Three for 60

by David Koenig, contributing writer

In addition to all the official sanctioned celebrations to mark Disneyland's Diamond Anniversary, there are also a few more not-quite-as-publicized happenings tied into the 60th.

1. Club 55'ers Reunite

There are about 15 surviving members of Club 55 (those who began working for Disneyland in 1955 and stayed with the company until at least 1970), and this week about 10 of them will be in Anaheim, attending various events and appearing at media-friendly photo ops.

This evening (July 15) at the Disneyland Hotel, former top dog of Operations, Dick Nunis, is hosting a dinner party for Club 55 members and their spouses. About 10 couples are expected to attend, including Al Alvarez, Harold Christopher, Ron Dominguez, Jack Lindquist, Tom Nabbe, Bob Penfield, Milo Rainey, Bill Sullivan, and Ray Van de Warker.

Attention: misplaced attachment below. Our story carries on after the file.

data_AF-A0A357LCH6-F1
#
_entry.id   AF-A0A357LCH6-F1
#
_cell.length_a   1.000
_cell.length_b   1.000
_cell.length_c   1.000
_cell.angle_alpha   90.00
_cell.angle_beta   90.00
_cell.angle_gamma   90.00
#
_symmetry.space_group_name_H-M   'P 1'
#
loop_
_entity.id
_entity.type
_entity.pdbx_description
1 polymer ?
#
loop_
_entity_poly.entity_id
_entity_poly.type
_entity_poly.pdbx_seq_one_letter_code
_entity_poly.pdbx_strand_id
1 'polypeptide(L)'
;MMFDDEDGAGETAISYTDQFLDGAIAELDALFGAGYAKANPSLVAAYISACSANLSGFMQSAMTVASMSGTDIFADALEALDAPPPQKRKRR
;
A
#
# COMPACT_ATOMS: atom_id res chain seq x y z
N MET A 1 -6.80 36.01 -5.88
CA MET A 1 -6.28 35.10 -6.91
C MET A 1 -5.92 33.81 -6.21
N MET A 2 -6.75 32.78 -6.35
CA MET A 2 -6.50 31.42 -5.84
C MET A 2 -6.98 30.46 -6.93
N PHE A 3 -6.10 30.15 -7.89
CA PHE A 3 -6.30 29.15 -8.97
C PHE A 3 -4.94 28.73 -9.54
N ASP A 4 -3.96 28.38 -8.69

Tomorrow night, Dominguez has arranged for a special viewing area for the group to view the new Paint the Night parade and fireworks show.

On Friday July 17, the club will be doing a "castle moment" at 10 a.m., followed by a group luncheon and then participating in a pre-parade at 3 p.m. They'll all then get VIP seating to view the afternoon parade.

Keep your eyes open in the park. I suspect the Disneyland PR folks will be keeping this special group very busy with appearances and interviews all weekend.

Those not expected to attend any events, due to health or distance, include Ron Heminger, Bill Hoelscher, Frank Pfannensiel, George Short, and the last female member, Mary Carter.

2. Disneyana Shindig